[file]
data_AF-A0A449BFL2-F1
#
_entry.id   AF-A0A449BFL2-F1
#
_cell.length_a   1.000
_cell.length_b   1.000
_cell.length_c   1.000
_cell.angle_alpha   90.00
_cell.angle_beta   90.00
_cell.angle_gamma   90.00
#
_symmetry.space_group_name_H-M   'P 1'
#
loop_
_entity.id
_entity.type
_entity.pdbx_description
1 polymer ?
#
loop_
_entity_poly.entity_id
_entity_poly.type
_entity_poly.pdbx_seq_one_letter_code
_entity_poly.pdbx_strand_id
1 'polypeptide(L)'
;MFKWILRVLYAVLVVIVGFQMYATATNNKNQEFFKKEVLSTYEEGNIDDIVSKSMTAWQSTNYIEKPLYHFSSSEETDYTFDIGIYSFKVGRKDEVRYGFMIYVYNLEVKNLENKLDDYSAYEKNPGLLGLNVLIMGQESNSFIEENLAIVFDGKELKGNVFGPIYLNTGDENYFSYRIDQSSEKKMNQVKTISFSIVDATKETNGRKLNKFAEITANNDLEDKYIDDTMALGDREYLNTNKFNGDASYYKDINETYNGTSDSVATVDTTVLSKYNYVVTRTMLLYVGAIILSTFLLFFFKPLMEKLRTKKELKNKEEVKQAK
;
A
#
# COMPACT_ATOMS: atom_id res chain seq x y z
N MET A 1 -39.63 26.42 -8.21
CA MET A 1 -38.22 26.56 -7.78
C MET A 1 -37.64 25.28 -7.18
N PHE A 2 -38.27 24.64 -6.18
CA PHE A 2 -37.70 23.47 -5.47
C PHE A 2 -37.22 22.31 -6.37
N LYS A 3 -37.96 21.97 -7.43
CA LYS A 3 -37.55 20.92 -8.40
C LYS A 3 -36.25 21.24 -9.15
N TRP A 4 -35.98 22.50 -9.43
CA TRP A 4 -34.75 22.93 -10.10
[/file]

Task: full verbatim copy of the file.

data_AF-A0A449BFL2-F1
#
_entry.id   AF-A0A449BFL2-F1
#
_cell.length_a   1.000
_cell.length_b   1.000
_cell.length_c   1.000
_cell.angle_alpha   90.00
_cell.angle_beta   90.00
_cell.angle_gamma   90.00
#
_symmetry.space_group_name_H-M   'P 1'
#
loop_
_entity.id
_entity.type
_entity.pdbx_description
1 polymer ?
#
loop_
_entity_poly.entity_id
_entity_poly.type
_entity_poly.pdbx_seq_one_letter_code
_entity_poly.pdbx_strand_id
1 'polypeptide(L)'
;MFKWILRVLYAVLVVIVGFQMYATATNNKNQEFFKKEVLSTYEEGNIDDIVSKSMTAWQSTNYIEKPLYHFSSSEETDYTFDIGIYSFKVGRKDEVRYGFMIYVYNLEVKNLENKLDDYSAYEKNPGLLGLNVLIMGQESNSFIEENLAIVFDGKELKGNVFGPIYLNTGDENYFSYRIDQSSEKKMNQVKTISFSIVDATKETNGRKLNKFAEITANNDLEDKYIDDTMALGDREYLNTNKFNGDASYYKDINETYNGTSDSVATVDTTVLSKYNYVVTRTMLLYVGAIILSTFLLFFFKPLMEKLRTKKELKNKEEVKQAK
;
A
#
# COMPACT_ATOMS: atom_id res chain seq x y z
N MET A 1 -39.63 26.42 -8.21
CA MET A 1 -38.22 26.56 -7.78
C MET A 1 -37.64 25.28 -7.18
N PHE A 2 -38.27 24.64 -6.18
CA PHE A 2 -37.70 23.47 -5.47
C PHE A 2 -37.22 22.31 -6.37
N LYS A 3 -37.96 21.97 -7.43
CA LYS A 3 -37.55 20.92 -8.40
C LYS A 3 -36.25 21.24 -9.15
N TRP A 4 -35.98 22.50 -9.43
CA TRP A 4 -34.75 22.93 -10.10